Epic Games created Fortnite. So if Fortnite was only available on the EGS it would not be considered a monopoly because it’s just them selling their own product. But if a company that doesn’t have its own direct distribution method makes a game and it’s only available for purchase on Steam with no other third party sellers, launchers, or other ways to legally purchase the game on PC, then that is a monopoly. Today we call this a platform exclusive but usually it only applies to console platforms and almost always means a game was published by the console platform’s company. Spider-Man on PS4 is recent example of this. It was not developed by SONY. It was developed by Insomniac Games. But it’s only available on PS4. That’s a monopoly. But we don’t formally count it as a monopoly because Sony published the game. But what if instead Anthem was a PS4 exclusive? That would be considered a monopoly because it’s not developed or published by SONY. It would simply be one company holding all the sale and distribution power of a game that they had no stake in the development and publishing of because BioWare, the developer, is owned by EA, the publisher. But even in that case it wouldn’t necessarily be a monopoly because you could still purchase the game from other distributors. You might say SONY had a platform monopoly but you would still be able to purchase the game from Wal-Mart, Amazon, Newegg, or any other games seller. To really consider it a monopoly, Anthem would have to be a PS4 exclusive that could only be purchased in digital form directly from the PSN Store. That’s how specific things would have to get for it to be defined as an actual monopoly. And that’s what makes playing dirty so easy in the current PC games distribution frame work.
EGS has started signing store exclusive deals with developers/publishers in exchange for that 88% profit share. Recently it was announced that this would be happening with Metro Exodus. The game was already available for preorder on Steam and has been for some time. Then suddenly, last week, it was announced that the game would no longer be available on Steam and that the PC version would only be available for purchase on the Epic Games Store, at a price of $49.99. This is a monopoly. Now we can’t call it a full monopoly because you can already preorder the game from third party sellers like CD Keys to be activated on EGS. Legally speaking, that means it’s not really a monopoly. Also, it’s not a PC exclusive. So again, legally speaking it’s not a monopoly. But it is dirty that Epic Games did that. Especially after it was originally available for preorder on Steam. But at the end of the day what really matters is that this is not the real definition of competition. Real competition means consumers have the choice to buy and play wherever they want. Exclusive titles, whether it be by platform, console, or launcher, are not competitive. This is not capitalism working as it should. They’re unofficial monopolies that stifle competition and ultimately lead to companies being able to manipulate players into making otherwise bad purchasing decisions due to lack of options.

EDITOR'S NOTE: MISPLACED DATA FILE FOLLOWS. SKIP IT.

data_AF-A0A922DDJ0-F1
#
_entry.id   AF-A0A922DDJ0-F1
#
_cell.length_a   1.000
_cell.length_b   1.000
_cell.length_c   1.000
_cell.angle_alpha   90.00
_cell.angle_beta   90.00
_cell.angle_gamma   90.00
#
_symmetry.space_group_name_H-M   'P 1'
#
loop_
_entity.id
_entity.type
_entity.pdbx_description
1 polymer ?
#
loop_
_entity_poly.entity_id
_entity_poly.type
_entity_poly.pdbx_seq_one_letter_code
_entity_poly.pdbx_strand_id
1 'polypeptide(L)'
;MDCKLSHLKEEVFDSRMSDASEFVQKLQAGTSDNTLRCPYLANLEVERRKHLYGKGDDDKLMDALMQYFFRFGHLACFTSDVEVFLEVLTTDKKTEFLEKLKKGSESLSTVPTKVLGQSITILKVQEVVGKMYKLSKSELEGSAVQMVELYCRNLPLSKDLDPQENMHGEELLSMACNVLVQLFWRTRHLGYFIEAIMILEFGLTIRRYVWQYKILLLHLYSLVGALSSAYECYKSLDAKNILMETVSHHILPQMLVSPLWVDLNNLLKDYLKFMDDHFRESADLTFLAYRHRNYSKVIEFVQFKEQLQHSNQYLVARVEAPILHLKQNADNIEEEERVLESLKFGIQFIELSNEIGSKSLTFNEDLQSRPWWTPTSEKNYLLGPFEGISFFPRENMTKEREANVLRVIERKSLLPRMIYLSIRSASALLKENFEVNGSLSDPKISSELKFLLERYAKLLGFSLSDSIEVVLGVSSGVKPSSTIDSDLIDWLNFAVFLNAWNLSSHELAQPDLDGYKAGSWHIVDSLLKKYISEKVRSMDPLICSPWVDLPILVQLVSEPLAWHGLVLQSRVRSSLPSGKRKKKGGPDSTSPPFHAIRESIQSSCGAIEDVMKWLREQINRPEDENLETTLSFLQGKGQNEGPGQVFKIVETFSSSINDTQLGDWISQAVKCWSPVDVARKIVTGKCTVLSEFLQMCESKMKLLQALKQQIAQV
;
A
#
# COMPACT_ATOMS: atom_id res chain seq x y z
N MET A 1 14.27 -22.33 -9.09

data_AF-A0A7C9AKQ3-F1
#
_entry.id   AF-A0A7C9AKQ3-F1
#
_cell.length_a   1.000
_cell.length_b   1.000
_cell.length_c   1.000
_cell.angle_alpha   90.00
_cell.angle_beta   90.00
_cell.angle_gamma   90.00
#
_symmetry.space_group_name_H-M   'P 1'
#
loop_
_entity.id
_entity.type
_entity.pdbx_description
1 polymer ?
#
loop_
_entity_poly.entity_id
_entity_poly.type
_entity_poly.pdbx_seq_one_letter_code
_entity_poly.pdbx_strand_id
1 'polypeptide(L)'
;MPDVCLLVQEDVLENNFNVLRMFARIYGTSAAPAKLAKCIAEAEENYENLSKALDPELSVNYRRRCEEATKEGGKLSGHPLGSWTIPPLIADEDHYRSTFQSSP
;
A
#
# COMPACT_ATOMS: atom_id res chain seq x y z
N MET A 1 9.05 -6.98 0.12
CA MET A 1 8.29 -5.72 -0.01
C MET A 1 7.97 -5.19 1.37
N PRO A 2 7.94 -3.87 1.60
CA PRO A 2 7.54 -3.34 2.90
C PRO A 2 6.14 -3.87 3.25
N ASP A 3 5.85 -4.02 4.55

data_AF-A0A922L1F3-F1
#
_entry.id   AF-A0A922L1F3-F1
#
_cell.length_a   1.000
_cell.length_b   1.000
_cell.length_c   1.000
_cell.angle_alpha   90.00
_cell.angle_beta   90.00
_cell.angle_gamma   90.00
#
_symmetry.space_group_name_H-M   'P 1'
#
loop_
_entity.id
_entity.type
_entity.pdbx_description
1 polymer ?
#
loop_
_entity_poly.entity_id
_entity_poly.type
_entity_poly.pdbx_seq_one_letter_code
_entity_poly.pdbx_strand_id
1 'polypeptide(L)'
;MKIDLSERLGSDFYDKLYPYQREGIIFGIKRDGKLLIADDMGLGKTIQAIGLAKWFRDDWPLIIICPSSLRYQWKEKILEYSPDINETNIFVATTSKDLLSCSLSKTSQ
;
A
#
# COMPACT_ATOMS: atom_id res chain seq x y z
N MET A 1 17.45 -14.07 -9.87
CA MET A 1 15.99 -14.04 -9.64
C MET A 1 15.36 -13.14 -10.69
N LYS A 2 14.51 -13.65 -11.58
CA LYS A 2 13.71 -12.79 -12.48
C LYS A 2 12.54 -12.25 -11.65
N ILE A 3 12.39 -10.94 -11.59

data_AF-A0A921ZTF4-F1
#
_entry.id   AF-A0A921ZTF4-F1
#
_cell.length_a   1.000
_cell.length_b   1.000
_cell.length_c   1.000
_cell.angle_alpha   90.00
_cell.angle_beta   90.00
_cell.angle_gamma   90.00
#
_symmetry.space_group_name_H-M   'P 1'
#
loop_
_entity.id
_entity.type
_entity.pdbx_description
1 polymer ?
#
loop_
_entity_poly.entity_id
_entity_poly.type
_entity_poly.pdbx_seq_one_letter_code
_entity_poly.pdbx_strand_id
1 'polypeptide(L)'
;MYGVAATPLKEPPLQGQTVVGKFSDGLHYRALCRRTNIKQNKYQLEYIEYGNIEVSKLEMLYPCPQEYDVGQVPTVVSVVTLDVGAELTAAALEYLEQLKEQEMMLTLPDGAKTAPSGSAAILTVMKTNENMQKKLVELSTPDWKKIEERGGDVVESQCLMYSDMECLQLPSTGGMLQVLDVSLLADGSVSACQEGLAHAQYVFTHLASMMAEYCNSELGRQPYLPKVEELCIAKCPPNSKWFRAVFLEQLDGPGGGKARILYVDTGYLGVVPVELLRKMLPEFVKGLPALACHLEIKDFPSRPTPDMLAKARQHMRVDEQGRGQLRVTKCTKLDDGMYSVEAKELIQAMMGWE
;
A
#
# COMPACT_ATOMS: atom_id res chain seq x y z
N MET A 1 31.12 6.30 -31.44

A truly competitive market would have no exclusive titles and force every seller, distributor, and launcher to actively work to be the best possible service as a way to motivate people to buy from them. That’s true capitalism. I don’t want to see a scenario where I have to buy a game from EGS. I don’t want to see a scenario where I have to play a game on EGS even if I’m willing to pay more to play it somewhere else. In practical terms I will buy it from EGS if the price is better, but that should be my choice. I being forced to use their platform is problematic. And such practices will only make things worse for consumers and developers in the long run. We’ll slowly lose our freedom of platform as Steam, Epic Games, and others start forcing developers into exclusive distribution agreements. Player bases will become fragmented as people end up committing to different platforms because of such and such benefit or loyalty program. PC Gaming will essentially become console gaming without the actual exclusive titles that were developed in house to justify the exclusivity of a particular game/brand. I foresee bad outcomes if EGS is allowed to continue these tactics. I want to see real open competition. The people should be able to decide where to buy their games. Not be forced to change platforms or use multiple because developers are chasing large profit shares and platforms won’t play nice with each other. I want to see Epic Games Store continue to grow and thrive. But I don’t want to see it done in this way.